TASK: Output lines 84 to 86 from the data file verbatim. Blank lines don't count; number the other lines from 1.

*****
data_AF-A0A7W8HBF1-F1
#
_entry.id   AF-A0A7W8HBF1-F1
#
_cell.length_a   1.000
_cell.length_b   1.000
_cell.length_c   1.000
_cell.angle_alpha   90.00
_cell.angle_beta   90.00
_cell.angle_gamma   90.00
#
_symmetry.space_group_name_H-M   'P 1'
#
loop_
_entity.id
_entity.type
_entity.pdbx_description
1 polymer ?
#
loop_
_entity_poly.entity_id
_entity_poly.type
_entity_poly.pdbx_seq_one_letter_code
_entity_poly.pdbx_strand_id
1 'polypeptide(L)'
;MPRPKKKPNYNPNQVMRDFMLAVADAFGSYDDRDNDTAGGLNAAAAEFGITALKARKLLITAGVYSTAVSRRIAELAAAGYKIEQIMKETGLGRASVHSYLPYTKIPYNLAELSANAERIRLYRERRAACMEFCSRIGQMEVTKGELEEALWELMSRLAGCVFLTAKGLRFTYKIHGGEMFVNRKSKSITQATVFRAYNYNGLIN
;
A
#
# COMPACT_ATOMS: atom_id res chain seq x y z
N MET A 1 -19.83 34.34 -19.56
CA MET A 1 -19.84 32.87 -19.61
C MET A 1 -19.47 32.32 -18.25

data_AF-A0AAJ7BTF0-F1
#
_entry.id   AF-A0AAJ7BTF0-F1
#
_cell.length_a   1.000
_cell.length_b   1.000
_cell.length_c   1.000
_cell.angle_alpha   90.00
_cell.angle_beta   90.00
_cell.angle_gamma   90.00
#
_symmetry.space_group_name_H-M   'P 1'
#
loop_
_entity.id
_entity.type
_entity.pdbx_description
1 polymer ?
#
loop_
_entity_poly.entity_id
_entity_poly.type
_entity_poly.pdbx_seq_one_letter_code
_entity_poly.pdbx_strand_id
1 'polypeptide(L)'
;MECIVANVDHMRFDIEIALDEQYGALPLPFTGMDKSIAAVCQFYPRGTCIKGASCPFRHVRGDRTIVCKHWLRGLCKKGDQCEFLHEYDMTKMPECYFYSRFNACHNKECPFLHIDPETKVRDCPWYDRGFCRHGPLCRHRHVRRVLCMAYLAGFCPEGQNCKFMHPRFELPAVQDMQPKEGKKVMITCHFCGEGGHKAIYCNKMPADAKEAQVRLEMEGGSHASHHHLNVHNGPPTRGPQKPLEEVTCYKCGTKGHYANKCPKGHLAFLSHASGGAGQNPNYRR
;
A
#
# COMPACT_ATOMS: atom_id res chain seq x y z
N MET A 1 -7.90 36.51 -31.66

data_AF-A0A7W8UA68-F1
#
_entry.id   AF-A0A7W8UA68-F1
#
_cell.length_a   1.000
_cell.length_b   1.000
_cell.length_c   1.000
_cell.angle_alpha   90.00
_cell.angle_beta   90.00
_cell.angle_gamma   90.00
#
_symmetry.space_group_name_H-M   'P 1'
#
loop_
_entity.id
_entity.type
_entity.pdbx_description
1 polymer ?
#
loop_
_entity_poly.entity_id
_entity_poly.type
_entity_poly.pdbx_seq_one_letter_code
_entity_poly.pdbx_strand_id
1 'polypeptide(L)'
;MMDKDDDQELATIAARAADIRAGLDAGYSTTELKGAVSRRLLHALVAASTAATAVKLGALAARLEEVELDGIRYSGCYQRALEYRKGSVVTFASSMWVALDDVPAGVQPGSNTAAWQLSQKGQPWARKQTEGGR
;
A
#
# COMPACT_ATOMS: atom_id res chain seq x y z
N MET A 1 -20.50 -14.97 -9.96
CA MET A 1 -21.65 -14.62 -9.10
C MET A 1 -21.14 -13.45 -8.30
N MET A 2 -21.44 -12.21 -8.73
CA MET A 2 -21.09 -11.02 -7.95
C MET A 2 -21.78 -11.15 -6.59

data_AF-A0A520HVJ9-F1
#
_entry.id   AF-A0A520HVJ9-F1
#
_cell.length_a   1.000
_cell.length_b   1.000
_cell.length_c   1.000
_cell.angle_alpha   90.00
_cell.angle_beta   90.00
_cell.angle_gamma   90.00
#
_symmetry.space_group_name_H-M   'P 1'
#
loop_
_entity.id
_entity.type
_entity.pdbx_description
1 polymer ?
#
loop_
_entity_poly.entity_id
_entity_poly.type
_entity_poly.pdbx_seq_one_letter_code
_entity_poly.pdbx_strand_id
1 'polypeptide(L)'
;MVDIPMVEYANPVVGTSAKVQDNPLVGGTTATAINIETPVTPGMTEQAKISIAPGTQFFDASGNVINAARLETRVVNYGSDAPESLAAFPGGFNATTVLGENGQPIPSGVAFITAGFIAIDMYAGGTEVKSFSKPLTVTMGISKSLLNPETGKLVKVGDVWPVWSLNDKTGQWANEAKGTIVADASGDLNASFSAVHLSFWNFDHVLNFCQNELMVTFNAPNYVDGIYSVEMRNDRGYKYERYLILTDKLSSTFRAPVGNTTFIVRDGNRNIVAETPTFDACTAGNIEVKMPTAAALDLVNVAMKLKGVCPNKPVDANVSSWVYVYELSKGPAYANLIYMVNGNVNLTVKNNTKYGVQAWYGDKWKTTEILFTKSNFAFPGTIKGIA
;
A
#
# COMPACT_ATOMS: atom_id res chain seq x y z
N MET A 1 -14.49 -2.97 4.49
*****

loop_
_entity_poly.entity_id
_entity_poly.type